’Ender’s Game’: Boycott? Or Boo-yah?
Do you have an opinion on the upcoming film "Ender’s Game?" Do you even know what it is? If it’s not yet on your radar, rest assured you will know about it by its opening on Nov. 1, and you will have a definite opinion as to whether it should be boycotted, even if you otherwise would have had no interest in it.
Why we talking boycott? One reason: The views of its creator, Orson Scott Card, who has been spouting anti-gay rhetoric from the time that "Ender’s Game" was published in 1985.
Card based his novel on a short story he had published eight years earlier, in which a young boy named Ender Wiggin is found to have a special gift for military strategy and tactics. Ender is placed in a special academy in space with other children playing war games. They are preparing for a coming war with an alien species derisively referred to as the "Buggers."
The story focuses on Ender’s training and his own creativity, leading to a climactic confrontation. The book won both the Hugo Award (given by science fiction fans) and the Nebula Award (given by Card’s peers in the Science Fiction Writers Association).
"Ender’s Game" has remained a popular book with groups ranging from younger readers to the United States Marine Corps. A film adaptation has been in the works for years, and has gone through its own version of "development hell," but was finally made with Asa Butterfield staring as Ender.
The all-star cast includes Harrison Ford, Ben Kingsley, Viola Davis, and Abigail Breslin. The film is written and directed by Gavin Hood ("Tsotsi," "Rendition"). Card is one of more than a dozen people with a "producer" credit on the film, which means that he has a vested interest in its financial success.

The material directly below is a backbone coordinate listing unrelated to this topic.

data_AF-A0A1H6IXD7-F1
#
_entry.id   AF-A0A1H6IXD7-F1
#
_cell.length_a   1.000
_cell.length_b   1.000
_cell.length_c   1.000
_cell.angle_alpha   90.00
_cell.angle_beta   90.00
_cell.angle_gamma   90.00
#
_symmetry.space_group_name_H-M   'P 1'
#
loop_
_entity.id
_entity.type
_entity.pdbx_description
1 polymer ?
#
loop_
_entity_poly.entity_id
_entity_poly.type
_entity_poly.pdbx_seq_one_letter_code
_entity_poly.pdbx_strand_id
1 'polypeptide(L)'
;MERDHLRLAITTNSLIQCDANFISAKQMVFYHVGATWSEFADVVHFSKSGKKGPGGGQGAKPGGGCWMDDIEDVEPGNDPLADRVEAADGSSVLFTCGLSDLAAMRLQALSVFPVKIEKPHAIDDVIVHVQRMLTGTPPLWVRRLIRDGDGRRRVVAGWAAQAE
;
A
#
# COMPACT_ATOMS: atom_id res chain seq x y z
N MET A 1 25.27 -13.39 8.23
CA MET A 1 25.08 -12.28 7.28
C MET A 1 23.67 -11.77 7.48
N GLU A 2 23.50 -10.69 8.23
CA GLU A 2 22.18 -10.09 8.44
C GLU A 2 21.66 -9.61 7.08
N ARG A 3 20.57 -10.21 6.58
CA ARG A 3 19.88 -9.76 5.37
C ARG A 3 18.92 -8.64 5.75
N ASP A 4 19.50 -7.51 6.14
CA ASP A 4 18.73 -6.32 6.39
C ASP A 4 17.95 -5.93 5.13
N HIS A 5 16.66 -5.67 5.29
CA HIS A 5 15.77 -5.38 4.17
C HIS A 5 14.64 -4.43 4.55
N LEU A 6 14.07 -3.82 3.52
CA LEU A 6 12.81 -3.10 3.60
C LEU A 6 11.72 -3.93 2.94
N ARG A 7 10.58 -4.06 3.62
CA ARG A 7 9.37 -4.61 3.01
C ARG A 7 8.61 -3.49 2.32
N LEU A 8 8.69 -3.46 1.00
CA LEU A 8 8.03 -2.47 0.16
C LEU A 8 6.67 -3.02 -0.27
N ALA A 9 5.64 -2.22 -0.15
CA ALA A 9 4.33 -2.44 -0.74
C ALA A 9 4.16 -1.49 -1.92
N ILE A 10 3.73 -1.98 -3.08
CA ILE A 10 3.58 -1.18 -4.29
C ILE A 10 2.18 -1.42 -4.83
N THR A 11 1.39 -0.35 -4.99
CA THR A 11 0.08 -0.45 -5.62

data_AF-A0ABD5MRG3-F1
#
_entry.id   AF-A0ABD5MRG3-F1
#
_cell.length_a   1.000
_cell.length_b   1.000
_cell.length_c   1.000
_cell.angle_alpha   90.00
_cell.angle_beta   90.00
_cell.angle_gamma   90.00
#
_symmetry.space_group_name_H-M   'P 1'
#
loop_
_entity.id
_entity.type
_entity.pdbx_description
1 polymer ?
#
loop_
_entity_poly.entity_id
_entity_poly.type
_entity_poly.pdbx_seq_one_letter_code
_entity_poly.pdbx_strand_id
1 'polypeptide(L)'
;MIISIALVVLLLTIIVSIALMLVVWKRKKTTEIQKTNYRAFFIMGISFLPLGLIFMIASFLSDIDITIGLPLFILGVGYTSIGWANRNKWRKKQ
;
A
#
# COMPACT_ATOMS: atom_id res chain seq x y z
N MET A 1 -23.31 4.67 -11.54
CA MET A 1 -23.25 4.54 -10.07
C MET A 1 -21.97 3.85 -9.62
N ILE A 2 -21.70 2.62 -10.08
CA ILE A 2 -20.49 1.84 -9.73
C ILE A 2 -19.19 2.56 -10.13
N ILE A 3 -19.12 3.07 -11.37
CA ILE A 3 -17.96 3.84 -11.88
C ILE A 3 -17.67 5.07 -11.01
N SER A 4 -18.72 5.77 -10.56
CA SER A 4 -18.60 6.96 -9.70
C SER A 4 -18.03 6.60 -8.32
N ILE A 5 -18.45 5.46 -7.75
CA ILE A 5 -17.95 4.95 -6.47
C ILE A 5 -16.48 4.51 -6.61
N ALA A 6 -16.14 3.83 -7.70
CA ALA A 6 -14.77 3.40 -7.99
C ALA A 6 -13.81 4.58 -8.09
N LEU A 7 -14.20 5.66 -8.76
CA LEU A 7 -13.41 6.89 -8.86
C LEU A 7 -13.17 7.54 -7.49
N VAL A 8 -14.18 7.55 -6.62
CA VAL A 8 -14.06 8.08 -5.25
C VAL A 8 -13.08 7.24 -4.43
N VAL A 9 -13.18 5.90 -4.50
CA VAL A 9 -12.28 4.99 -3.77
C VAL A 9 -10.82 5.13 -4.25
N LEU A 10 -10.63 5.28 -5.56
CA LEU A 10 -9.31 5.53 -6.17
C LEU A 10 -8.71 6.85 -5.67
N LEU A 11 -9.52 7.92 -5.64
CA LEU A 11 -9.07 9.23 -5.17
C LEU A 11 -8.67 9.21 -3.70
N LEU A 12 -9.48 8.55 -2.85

While writers often make nothing beyond their initial contractual fee for movie adaptations, as a producer Card would stand to benefit from a commercially successful run -- not to mention to prospect of the novel’s sequels also making the leap to the screen.
Okay, you may or may not be interested in this science fiction film, but you may be interested in Card’s views on marriage equality. He’s not merely against it. Here’s Card, in a July 2008 essay in the Mormon Times:
"The first and greatest threat from court decisions in California and Massachusetts, giving legal recognition to ’gay marriage,’ is that it marks the end of democracy in America. These judges are making new law without any democratic process; in fact, their decisions are striking down laws enacted by majority vote."
In the same essay, he imagines a future citizen so outraged at this turn of events, that there is only one way to resolve it:
"What these dictator-judges do not seem to understand is that their authority extends only as far as people choose to obey them. How long before married people answer the dictators thus: Regardless of law, marriage has only one definition, and any government that attempts to change it is my mortal enemy. I will act to destroy that government and bring it down, so it can be replaced with a government that will respect and support marriage, and help me raise my children in a society where they will expect to marry in their turn."